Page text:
Tuesday, March 5, 2024

Selecting The Right PCB Board Materials

By EFY Bureau

Electronic devices, microwaves and other household devices rely on PCB technology to stay in working condition.

Lifetime and performance of a PCB board depend on the choice of circuit board material. To select the right circuit board material, it is important to examine the materials available for different board categories. There are different properties and physical characteristics that help in the selection of board materials. While evaluating PCB Board materials, it is necessary to ensure that design requirements align with desired board capabilities.

Spacing and width of a board are also important, when it is required to handle high amounts of current. Structural strength of the board is defined by substrate and laminate. Selection of materials for these two layers is based on the type of board.

Layers in a PCB board and their significance

A PCB board consists of four layers, namely, substrate, laminate, solder mask and silkscreen. Together, the substrate and laminate define the basic electrical, mechanical and thermal circuit board properties.


Fibre-glass FR4 is the most common material for the substrate of a PCB. Here, FR stands for fire retardant. It is suitable due to its rigidity and thickness. For flexible PCB, Kapton or equivalent property plastic is used.

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Thickness of the PCB board depends on its application or use. For example, most Sparkfun products are 1.6mm thick, while Arduino Pro ones use 0.8mm thick boards. A PCB built with less expensive materials like epoxies lacks durability.

Substrates are found in low-cost consumer electronics. These have low thermal stability, which causes them to lose their lamination easily. Substrates can also cause smoke when a soldering iron is held for long on the board, which makes them easy to identify.

 PCB layer composition (Credit: https://learn.sparkfun.com)
Fig. 1: PCB layer composition (Credit: https://learn.sparkfun.com)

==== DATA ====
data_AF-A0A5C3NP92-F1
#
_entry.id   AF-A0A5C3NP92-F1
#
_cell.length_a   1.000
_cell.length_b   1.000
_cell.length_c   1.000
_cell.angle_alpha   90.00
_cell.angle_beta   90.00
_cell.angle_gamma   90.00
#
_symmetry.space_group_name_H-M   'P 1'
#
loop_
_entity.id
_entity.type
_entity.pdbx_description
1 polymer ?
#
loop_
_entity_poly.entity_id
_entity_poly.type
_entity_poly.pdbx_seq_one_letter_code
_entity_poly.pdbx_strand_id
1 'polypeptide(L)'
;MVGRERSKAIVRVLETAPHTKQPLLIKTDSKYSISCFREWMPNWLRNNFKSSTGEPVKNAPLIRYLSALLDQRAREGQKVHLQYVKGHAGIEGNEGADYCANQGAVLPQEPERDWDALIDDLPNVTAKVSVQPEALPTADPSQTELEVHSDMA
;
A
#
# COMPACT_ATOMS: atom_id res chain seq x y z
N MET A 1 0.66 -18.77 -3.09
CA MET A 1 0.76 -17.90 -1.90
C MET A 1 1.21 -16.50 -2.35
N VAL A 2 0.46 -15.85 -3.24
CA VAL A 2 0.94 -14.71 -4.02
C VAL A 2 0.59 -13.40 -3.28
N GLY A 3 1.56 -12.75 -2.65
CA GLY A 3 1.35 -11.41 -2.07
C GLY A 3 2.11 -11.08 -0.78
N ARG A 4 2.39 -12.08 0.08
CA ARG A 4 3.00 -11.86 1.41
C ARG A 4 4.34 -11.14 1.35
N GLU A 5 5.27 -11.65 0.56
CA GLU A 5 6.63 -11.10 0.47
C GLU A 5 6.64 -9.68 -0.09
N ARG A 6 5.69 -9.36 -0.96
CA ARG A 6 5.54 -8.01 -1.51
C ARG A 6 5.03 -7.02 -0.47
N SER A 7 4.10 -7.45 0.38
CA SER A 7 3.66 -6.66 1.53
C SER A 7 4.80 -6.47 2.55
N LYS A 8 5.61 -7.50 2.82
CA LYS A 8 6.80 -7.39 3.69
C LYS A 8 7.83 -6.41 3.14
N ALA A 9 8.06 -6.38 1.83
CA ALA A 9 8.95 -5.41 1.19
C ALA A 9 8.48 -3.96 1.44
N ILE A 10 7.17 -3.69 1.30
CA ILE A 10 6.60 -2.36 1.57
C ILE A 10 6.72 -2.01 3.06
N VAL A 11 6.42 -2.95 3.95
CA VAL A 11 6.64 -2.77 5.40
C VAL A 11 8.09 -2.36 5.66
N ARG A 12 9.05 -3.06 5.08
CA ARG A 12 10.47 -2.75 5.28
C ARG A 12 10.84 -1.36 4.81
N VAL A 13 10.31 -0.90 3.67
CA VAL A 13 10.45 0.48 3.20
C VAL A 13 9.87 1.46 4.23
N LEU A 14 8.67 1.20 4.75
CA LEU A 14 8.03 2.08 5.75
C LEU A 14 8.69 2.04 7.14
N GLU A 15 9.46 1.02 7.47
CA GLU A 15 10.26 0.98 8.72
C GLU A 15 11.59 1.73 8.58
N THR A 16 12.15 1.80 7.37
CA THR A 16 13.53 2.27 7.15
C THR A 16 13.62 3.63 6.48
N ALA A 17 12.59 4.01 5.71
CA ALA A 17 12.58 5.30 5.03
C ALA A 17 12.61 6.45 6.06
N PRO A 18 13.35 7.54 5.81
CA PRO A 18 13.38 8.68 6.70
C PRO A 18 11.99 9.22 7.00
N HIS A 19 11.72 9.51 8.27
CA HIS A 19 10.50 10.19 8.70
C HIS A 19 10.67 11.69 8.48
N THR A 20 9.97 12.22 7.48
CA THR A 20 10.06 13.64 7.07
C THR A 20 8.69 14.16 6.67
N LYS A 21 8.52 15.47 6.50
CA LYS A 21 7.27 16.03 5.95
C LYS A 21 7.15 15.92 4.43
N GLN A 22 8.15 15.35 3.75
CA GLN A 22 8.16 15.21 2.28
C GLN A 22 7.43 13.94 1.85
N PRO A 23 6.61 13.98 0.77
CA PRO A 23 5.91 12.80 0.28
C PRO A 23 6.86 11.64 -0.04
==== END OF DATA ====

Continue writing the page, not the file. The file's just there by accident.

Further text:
A non-conductive layer of the dielectric material is chosen based on dielectric constant.

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Substrates must meet certain desired properties like glass transition temperature (Tg). Tg is the point where heat causes the material to deform or soften. There is a wide variety of materials available for substrates, such as aluminium or insulated metal substrate (IMS) FR-1 through FR-6, polytetrafluoroethylene (PTFE), CEM-1 through CEM-5, G-10 and G-11, RF-35, polyimide, alumina, and flexible substrates like Pyralux and Kapton.

Shavinder Singla, technical officer, Centre for Development of Advanced Computing, says, “IMS takes care of heat dissipation created by modern PCB designs, which are often linked to interconnection difficulties. Care must be taken while selecting IMSes for an application.

“In general, IMSes minimise thermal impedance and conduct heat more effectively. These substrates are mechanically more robust than thick-film ceramics and direct-bond copper constructions that are often used in many applications.”


This provides properties like coefficient of thermal expansion, tensile and shear strength, and Tg. Common dielectrics used for laminates are CEM-1 and CEM-3, FR-1, FR-4, polytetrafluoroethylene (teflon), FR-2 through FR-6, CEM-1 through CEM-5, and G-10.

Copper foil is the next layer that is laminated to the board. For double-sided PCBs, copper is applied to both sides of the substrate. Copper’s thickness varies as per the application. For example, thickness is more for high-power applications, as compared to low-power ones.

Solder mask

This is the layer on top of the copper foil. It works as an insulation for copper traces from accidental contact with other conductive metals. It helps soldering at correct places.

It is a protective layer that guards against external contaminants and provides required isolation between surface elements like pads, copper traces and drill holes.


Overlaid on top of the solder mask, a silkscreen is used to add letters, numbers and symbols to the PCB for easy assembly, and indicators to better understand the board.

Design technologies for PCBs

Each board serves a unique purpose for a particular product. Hence, it must be designed to perform that function in the allotted space. Designers use computer-aided design (CAD) systems with special software to lay out the circuit pattern on the board. Software available for PCB designs include Allegro PCB Designer, Altium Designer and PCB Droid. Use of software ensures that the design does not contain errors such as traces that are skinny or incorrectly touch, or drill holes that are tiny.

Ajay Singha, principal engineer, Lambda Consulting, opines, “Two most common design technologies for PCB designs are through-hole technology and surface mount technology (SMT). In the former, each component is pressed into tiny holes of the substrate and soldered to connect on the reverse side of the board.

“In SMT, L-shaped or J-shaped terminals of each component get in touch with the PCB directly.

“Components on a PCB are electrically connected to the circuit(s) by these methods. Although SMT eliminates the time-consuming drilling process and space-consuming connection pads inherent with through-hole technology, greater care is needed in the placement of components.”

An IC performs functions that are similar to those of a PCB, except that the IC contains many more circuits and components that are electrochemically grown in place on the surface of a tiny silicon chip.

Multi-layer PCB (Credit: www.elprocus.com)